This weekend I travelled to America’s Roller Coast and spent Sunday morning dragging unwilling, frightened children on all my favorite rides at Cedar Point, then headed over to the run course of the Rev3 Ironman. From a grassy corner not far from the lake, a few friends and I – armed with clever signs and sporting puffy-painted shirts – cheered until our throats were raw. We were technically there to support/crew for our friend Matt, but the course had so many switchbacks (and was two loops) that we saw each athlete about six times and became everyone’s biggest fans. We gave people nicknames, complimented outfits, kept them running, offered roast beef sandwiches, and flirted with every man in spandex that ran/shuffled/stumbled by. And some of the women. It was a long day, and towards the end our cheering skills were getting sloppy. Kat, who enjoyed cheering on the Ironmen while lying on the grass – accidentally called to a guy, “You might look like ass, but you feel great!” Kelly and I got slaphappy and came up with ridiculous sayings for our next signs, and I lamented the absence of tutus and my lack of gymnastics/cheerleading skills while shoving handfuls of pretzel M&Ms in my mouth…even though I found them disgusting. When Kelly headed off to run Matt’s last miles with him, Kat and I commandeered her Orangemobile and continued screaming motivational cheesiness from the open windows on our way back to the park.
The finish line was overwhelming. It was getting dark, and the rain fell intermittently as runners trudged through the last point six of their 140.6. Their names were announced as they crossed the finish line, and many had friends and family join them for the last final push. I got emotional watching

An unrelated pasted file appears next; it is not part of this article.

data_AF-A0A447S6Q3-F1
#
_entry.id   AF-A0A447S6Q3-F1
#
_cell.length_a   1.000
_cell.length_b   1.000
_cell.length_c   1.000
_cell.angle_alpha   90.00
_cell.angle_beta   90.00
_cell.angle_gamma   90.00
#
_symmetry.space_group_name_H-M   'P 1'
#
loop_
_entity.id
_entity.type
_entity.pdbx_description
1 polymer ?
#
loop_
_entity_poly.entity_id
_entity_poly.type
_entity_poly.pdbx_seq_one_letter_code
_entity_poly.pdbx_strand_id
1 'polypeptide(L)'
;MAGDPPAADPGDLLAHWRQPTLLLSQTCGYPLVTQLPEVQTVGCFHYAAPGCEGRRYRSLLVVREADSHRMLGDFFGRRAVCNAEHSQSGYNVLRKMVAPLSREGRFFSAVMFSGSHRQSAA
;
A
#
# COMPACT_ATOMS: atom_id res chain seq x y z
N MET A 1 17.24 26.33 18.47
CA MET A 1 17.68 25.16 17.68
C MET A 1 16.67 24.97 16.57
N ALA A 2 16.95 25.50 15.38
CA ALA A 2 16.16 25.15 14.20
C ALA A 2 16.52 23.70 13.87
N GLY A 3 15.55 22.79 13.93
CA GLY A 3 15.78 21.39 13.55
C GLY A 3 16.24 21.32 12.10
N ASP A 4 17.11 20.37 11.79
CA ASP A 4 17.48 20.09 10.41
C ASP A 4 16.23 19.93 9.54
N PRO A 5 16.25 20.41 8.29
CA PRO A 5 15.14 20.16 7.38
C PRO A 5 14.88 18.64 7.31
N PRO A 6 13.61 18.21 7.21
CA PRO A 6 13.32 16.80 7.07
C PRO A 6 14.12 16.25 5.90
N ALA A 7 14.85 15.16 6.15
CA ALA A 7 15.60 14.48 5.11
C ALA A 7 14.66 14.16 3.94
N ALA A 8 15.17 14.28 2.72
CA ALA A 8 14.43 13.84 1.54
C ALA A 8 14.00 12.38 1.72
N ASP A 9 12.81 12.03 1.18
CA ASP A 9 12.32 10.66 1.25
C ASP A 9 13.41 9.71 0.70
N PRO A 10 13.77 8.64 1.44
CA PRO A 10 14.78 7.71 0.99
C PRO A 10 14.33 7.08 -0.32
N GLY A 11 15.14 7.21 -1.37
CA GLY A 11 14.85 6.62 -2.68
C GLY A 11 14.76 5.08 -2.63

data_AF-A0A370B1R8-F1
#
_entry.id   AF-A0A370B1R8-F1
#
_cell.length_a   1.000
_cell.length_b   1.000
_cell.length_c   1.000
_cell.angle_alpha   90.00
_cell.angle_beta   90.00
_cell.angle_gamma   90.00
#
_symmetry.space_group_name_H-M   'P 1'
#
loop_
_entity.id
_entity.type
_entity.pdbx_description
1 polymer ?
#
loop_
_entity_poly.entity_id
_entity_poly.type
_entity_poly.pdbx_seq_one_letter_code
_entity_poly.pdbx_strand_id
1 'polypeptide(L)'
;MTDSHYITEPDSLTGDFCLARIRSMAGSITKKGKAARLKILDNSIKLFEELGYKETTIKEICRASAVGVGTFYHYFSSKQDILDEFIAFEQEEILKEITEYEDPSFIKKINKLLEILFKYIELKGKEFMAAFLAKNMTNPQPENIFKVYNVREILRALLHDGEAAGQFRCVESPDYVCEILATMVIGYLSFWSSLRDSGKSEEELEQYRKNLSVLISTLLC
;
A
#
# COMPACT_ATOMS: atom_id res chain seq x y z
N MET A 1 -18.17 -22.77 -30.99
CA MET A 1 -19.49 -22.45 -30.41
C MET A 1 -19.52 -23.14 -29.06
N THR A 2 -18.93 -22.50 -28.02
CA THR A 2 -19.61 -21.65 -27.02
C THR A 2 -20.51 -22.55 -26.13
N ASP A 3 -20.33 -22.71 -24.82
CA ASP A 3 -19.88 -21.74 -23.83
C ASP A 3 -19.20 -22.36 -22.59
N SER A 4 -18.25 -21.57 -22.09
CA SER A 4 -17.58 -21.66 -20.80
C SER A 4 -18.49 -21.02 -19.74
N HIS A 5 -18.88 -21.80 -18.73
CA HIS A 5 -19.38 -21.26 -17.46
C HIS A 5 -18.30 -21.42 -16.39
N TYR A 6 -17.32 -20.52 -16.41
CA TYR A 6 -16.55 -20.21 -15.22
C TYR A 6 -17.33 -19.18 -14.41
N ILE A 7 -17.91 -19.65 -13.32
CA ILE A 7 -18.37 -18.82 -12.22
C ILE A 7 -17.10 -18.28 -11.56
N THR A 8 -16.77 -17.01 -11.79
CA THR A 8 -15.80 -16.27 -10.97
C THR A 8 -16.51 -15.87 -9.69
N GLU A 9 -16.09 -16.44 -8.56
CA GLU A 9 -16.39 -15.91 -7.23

strangers familiar faces accomplish such an enormous goal, and as always I was amazed and proud of the atypical athletes – people whose shapes and sizes may not scream “Ironman” to the rest of the world and who stand as proof of the power of a focused mind, a dream decided, and a registration click.
HOWEVER (lots of howevers today), despite the awesome, motivational, and inspiring weekend I had at Rev3, I am not willing to sacrifice the time required to train for an Ironman. Notice I didn’t say I can’t make the time; I said I am unwilling to do so. The “easiest” (ha!) training plan I found called for EIGHTEEN HOURS of training in peak week, with scary demands like “1900 swim ladder” and a six hour bike ride. Non merci. A half ironman is totally within my sights, but I’m going to pass on the full. Let me know when you’re doing one, though. I’ll make some signs. And wear a tutu this time.
**DISCLAIMER** At one point I remember saying that I would never run a marathon. Or ANOTHER marathon. Or an ultra. Or ANOTHER ultra. So…as Biebs (and now T. Swift) so poignantly states NEVER SAY NEVER. (:
Random conclusion drawn from my crewing/spectating this year: I think TRAINING for an Ironman is more work, but RUNNING a 100-miler seems harder. Thoughts?